A child sits down at her desk to read from a textbook. She impresses her teacher by reading aloud quickly and accurately. She even reads correctly several words she’s never seen before.
But when she’s tested afterwards, she can’t recall details, and it becomes clear that she didn’t really understand what she was reading.
What happened? What’s going on in this child’s brain that makes her outwardly such a good reader, but internally unable to comprehend?
With the addition of a group of new faculty from across the U.S. and around the globe, UConn’s program in cognitive science has expanded to address these and other questions related to language, cognition, and the brain.
Very few public universities in the U.S. have invested on this scale in cognitive science. There’s a great groundwork set here, and I don’t know who wouldn’t want to be part of that.
“You can’t see inside the brain,” says associate professor of linguistics Jon Sprouse. “We all speak and understand language, but the fact that we can do it effortlessly is kind of a miracle.”
Professors in psychology; linguistics; and speech, language, and hearing sciences make up the core of a group of researchers asking questions about how people learn to speak languages, comprehend what they hear, and produce novel speech patterns. Other researchers in philosophy, mathematics, computer science, English, anthropology, and literatures, cultures, and languages also contribute to make UConn, according to Sprouse, “the fastest-growing language research community in North America.”
“We’re capitalizing on the long tradition of expertise in language at UConn,” adds Diane Lillo-Martin, Board of Trustees Distinguished Professor of Linguistics and director of UConn’s cognitive science program. “We now have a large critical mass of people in different fields who will be able to get involved in projects they couldn’t do on their own.”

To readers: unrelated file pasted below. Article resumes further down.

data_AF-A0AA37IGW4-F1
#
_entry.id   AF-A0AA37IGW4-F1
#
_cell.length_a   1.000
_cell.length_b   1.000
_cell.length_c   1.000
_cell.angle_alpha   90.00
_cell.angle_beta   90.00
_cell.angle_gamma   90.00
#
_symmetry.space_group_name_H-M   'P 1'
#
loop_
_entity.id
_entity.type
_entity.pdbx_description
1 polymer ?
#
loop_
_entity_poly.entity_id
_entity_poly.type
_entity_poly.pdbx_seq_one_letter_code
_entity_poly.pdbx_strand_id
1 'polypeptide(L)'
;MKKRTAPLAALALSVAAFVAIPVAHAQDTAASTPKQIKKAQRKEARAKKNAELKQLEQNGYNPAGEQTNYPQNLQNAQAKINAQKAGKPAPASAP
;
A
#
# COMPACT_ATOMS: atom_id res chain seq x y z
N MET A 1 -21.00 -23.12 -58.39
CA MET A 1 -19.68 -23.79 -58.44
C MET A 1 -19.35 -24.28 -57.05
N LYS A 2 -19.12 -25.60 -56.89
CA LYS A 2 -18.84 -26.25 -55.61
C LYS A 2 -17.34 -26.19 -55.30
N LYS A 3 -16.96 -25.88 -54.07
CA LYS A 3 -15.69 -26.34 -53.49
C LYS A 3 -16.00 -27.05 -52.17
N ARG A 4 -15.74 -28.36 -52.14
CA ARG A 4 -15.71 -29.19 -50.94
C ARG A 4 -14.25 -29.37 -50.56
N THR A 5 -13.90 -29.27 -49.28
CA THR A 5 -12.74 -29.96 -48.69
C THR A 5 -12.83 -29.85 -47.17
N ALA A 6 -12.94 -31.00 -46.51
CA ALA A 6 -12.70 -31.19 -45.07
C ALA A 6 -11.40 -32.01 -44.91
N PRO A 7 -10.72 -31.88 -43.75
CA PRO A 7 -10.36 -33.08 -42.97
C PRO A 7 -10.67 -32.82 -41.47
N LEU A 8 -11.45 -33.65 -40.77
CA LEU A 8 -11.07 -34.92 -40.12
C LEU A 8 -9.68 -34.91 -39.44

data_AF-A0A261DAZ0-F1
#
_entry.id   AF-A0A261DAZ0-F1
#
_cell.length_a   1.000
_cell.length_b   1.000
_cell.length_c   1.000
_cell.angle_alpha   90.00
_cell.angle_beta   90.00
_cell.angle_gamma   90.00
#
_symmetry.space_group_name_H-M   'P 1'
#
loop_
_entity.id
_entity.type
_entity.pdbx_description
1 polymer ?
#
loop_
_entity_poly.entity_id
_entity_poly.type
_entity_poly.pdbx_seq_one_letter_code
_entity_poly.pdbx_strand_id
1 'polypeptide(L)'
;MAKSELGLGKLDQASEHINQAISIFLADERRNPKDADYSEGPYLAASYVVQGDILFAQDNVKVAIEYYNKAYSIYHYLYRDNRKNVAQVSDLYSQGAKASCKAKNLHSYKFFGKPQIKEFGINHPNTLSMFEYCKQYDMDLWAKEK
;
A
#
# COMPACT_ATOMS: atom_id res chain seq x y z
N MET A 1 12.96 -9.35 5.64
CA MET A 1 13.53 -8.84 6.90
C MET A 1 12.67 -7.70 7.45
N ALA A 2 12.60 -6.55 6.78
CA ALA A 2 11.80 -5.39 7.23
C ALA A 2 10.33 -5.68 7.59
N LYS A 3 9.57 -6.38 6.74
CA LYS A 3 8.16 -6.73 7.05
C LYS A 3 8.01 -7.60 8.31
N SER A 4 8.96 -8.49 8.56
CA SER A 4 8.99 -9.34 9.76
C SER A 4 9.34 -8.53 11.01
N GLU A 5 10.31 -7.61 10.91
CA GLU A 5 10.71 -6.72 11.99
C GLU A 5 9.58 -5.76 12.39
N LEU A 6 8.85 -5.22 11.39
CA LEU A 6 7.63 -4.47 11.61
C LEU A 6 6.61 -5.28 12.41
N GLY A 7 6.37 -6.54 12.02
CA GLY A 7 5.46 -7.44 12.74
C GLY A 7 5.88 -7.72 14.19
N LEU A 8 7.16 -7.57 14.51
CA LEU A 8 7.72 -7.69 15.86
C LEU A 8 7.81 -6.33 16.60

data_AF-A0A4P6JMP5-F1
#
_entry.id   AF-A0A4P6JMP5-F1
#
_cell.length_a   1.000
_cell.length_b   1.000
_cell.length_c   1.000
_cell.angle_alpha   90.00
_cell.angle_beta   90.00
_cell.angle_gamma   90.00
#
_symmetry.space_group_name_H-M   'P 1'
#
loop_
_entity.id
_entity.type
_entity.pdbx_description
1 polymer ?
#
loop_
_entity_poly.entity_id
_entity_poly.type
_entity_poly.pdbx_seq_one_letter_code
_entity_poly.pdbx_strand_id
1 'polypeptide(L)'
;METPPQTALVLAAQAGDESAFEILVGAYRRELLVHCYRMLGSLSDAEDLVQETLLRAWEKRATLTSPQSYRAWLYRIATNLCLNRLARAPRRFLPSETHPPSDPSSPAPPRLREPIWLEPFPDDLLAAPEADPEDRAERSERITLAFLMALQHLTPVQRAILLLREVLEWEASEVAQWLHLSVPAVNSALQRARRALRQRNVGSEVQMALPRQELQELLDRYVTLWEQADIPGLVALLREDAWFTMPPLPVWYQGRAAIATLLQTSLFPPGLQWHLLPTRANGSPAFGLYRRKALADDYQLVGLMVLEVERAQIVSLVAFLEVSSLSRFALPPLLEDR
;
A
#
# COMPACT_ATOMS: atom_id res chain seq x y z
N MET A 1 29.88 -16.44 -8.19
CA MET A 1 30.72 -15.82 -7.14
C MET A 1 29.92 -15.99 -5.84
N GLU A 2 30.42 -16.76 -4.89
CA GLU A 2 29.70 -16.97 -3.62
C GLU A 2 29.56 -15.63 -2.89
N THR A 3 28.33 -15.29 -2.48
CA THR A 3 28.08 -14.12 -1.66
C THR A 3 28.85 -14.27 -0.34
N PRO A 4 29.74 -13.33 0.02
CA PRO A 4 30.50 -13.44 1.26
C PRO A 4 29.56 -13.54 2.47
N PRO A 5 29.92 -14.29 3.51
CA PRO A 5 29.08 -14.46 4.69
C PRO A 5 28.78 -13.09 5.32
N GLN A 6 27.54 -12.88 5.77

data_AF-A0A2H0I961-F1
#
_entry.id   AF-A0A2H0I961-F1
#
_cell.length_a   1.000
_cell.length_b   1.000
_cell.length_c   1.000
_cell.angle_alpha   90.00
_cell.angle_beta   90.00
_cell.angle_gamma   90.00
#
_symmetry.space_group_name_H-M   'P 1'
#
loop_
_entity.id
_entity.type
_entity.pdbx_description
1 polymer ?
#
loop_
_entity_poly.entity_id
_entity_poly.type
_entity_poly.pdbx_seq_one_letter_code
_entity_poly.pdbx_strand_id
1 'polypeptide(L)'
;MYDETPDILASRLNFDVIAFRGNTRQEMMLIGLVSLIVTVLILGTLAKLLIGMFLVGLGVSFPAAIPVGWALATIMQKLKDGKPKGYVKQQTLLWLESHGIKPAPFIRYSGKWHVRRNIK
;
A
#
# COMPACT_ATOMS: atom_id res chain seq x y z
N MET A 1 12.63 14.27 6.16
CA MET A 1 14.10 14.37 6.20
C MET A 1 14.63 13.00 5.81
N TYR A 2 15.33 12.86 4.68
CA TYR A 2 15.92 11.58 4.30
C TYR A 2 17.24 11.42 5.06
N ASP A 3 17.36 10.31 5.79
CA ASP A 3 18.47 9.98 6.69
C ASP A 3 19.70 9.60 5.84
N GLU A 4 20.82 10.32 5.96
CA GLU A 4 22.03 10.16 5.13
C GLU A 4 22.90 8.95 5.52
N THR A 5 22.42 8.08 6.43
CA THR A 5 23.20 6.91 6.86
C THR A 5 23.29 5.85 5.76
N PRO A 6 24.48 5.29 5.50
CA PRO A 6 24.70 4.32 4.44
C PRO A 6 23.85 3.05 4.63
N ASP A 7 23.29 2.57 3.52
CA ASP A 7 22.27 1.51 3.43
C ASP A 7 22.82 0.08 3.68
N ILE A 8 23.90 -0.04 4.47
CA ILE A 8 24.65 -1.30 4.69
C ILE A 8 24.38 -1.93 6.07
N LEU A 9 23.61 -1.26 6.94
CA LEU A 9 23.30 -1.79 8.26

The poor comprehenders
Nicole Landi, assistant professor of psychology, joins UConn from Yale University and is interested in the young girl reading aloud. In particular, Landi studies semantics, or the meanings of words, and how these meanings are represented in the brain. Her work uses a combination of electroencephalography (EEG), functional MRI (fMRI), and neurogenetic techniques, areas in which the Cognitive Science program is expanding.
“We know that some people are poor comprehenders,” says Landi. “So what predicts the success of reading?”
Much of Landi’s research uses EEG, a brain imaging technique that uses electrodes placed on a person’s head to produce a spectrum of the brain’s activity. A computational method then teases apart this waveform into event-related potentials, which each represent a brain response to a specific portion of a task.
Landi’s results have shown that skilled and less-skilled comprehenders have marked differences between the two groups in the brain waves that denote semantic processing. In other words, people less skilled at comprehension represent words differently in their brains.
“A lot of what cognitive neuroscience does is to demonstrate a neural-level event that has been observed at a behavioral level,” she says.